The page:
donderdag 22 september 2022

King Buffalo - Struggles, doubt and acceptance...


Interview with Sean McVay from King Buffalo

Struggles, doubt and acceptance...

“I was really writing with the anticipation that nobody would ever read them, and no one would surely hear them.”

It’s the end of the summer. A summer where much of the world finally got to experience King Buffalo live. A summer where the love for King Buffalo seemed to grow exponentially with every week that passed. A summer that still had us all anticipating that third album, the final part of the King Buffalo trilogy, that amazing Regenerator album… Well, we managed to rope vocalist Sean McVay into talking about that album, and the two that came before…

We managed to see King Buffalo live at Desertfest Ghent back in October 2021. The Pandemic still a major factor. And we saw them again at Krach Am Bach festival in August 2022, with no restrictions whatsoever. In Ghent they were one of the few bands in the main hall that got their sound right. And on Krach Am Bach, they were one of the many bands that got absolutely everything right. “Krach Am Bach was definitely our favorite show of the European summer tour. Amazing. One of the best crowds we ever had.” And it was…

We do always wonder how much we really want to know about our heroes. Do we really want to know how deep the hole was Sean McVay crawled out from? Or why he ended up there in the first place? Do we want to know every little detail of his pain? And do we really want to know how old bass player Dan Reynolds is? Or do we want to keep all or some of the mystery alive? Perhaps Sean doesn’t even want to talk about it? It might in fact still be hard to sing about. But now that the trilogy is done and everything is out there for us to enjoy, or even find solace in. It will be something that might come up now and again. But let’s start with perhaps the most important question first… What do you love about music?

“Well, yeah, interesting. I love performing obviously. I mean we tour so much and however long the timeslot is we get to play, that part makes the touring awesome. I mean, I don’t need to ride around in a van for seven or eight hours a day, you know. But getting to perform is awesome. That little moment in time and space where it’s just you and the crowd, is amazing, rewarding and why you do it. Outside of that, there’s the recording process. There’s just something about creating something out of nothing that taps into human existence. Making something. For me it happens to be music, for other people it might be building a house, designing a car, making food, the act of making something, creating, is intrinsically rewarding.” 


And now that you’ve finished the trilogy, what is the predominant emotion?

“Relief. Euphoria. It was difficult to make. We struggled with production delays, getting the record finalized. There were certainly times when we worried, or I worried, if we would ever get it done. Perhaps because of self-doubt, struggling to find lyrics, proper guitar parts, or whatever. But there were a lot of struggles, and it feels like a relief that we overcame all those personal doubts. And then having those three albums in our hands, was really, wow, we really did it. It was a proud moment.”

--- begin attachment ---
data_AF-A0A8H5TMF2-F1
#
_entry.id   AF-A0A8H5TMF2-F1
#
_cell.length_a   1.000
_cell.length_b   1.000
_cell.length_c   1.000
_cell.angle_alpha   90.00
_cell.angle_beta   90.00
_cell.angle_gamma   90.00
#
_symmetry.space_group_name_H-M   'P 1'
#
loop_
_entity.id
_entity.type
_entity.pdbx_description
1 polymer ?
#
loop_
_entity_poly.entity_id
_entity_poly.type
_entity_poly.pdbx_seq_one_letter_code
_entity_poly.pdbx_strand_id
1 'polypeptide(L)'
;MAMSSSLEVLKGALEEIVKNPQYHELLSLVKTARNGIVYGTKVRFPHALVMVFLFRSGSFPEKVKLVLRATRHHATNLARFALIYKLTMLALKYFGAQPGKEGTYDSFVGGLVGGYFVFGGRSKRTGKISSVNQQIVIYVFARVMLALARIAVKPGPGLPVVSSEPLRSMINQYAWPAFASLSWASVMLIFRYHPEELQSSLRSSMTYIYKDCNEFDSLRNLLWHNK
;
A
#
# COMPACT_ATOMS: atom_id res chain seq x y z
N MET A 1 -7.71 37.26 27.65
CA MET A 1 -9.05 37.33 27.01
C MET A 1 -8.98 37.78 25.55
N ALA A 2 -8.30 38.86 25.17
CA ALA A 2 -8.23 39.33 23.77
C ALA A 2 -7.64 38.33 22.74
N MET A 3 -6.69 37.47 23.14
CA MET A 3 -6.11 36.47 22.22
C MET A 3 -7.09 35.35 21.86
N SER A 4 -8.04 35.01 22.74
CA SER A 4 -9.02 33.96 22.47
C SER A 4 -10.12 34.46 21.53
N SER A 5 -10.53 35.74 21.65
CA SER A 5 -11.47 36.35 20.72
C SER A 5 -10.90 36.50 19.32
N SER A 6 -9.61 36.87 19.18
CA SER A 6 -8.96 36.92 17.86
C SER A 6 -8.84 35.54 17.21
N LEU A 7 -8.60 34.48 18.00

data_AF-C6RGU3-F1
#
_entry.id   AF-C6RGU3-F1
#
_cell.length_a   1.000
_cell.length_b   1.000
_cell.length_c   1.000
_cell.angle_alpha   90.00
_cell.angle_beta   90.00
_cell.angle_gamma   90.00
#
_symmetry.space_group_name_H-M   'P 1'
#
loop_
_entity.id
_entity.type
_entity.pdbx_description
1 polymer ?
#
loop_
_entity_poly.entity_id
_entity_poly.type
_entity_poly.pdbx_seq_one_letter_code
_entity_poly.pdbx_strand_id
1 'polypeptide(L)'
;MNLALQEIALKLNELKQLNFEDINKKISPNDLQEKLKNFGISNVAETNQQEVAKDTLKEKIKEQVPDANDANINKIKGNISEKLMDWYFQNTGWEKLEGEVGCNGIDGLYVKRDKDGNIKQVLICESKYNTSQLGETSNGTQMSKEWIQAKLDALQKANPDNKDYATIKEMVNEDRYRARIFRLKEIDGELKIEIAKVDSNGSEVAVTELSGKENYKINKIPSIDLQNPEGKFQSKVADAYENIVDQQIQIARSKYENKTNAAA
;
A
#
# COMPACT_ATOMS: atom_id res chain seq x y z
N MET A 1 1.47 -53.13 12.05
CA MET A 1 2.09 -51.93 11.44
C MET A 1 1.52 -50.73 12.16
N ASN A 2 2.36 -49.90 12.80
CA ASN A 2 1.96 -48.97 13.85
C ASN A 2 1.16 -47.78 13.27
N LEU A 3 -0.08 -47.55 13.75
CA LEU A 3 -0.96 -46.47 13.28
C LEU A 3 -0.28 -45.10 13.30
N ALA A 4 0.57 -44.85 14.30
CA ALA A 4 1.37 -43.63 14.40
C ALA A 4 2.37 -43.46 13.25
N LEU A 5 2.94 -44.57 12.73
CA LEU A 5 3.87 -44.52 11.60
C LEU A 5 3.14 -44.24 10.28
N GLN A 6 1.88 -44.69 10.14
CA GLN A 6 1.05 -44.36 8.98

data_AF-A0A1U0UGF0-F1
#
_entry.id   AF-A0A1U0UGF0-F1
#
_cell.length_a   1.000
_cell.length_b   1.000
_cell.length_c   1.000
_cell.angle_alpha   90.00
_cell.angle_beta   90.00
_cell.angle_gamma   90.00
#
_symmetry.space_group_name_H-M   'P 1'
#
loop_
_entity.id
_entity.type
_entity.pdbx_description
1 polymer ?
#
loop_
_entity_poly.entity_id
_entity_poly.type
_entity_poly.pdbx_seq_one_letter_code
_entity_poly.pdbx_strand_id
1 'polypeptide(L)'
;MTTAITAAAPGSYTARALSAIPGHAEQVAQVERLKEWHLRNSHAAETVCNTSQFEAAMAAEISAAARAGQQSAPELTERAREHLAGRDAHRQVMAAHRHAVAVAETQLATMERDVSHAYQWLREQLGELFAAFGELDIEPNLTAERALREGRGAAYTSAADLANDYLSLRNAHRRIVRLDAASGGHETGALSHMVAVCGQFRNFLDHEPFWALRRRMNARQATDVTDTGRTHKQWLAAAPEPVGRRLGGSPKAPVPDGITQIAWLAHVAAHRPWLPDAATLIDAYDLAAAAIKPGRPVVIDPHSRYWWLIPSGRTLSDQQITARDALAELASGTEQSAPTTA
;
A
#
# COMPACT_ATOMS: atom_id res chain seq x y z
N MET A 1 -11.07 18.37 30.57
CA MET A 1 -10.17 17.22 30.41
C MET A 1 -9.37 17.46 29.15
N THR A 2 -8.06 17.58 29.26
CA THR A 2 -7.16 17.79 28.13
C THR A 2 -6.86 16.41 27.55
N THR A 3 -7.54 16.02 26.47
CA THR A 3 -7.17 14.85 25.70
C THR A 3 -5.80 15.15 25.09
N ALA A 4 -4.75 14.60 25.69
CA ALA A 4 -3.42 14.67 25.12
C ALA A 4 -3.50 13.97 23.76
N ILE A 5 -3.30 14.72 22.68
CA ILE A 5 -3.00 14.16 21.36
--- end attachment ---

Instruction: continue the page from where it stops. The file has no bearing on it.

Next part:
Nothing bittersweet, like, we’re not doing the project anymore?

“Well, a little of course. More like, now what? Now, what do we do? Haha. Luckily, we have so much touring ahead. But there was definitely a moment of, now what do we do, we have to switch modes. Luckily, there’s a lot of King Buffalo business nowadays to keep us busy. And I mean, even before these three albums, we had just done Dead Star. And then immediately started these three records, within the space of a couple of months. It has been a very busy time. I’m definitely looking forward to having a short break before moving on to the next project, and we’re all looking forward to touring with all this new music. Cause we’re extremely proud of what we were able to do.”

The trilogy was jammed out during the pandemic. How did you know it would be a three-record project and did you immediately feel which song or which part had to go where?

“Well, no, it took some time and effort. We had this huge basket of songs and we had to try and group them. But somehow, even if it was an arduous and laboring job, they all did seem to fall naturally into certain categories. And I soon had the bones of the albums and then knew that The Burden Of Restlessness had to come first. Cause of the way I was feeling at the time, it felt like the record that needed to be made. Especially when you look at them in hindsight, they are all vastly different and yet there are things that carry through on each of the three records. To me, it now feels completely obvious that all the songs on Acheron belong together. I cannot imagine putting Burning on Regenerator for example.”

Was all that pre-work food for a lot of discussion?

“We are a pretty democratic band, but early on, we had so much recorded material. So, it was just me, going through all that stuff, picking the best parts, finding the gems, and sending it to the guys. That’s also because I have all the right equipment, the pro-tools and stuff. It’s not like I demand to be that guy, I’m just the guy that goes through the aspect of all that because I have that gear. And because I was so immersed in the entire thing, I would often send multiple mails with suggestions and there was definitely some back and forth. But not that much.”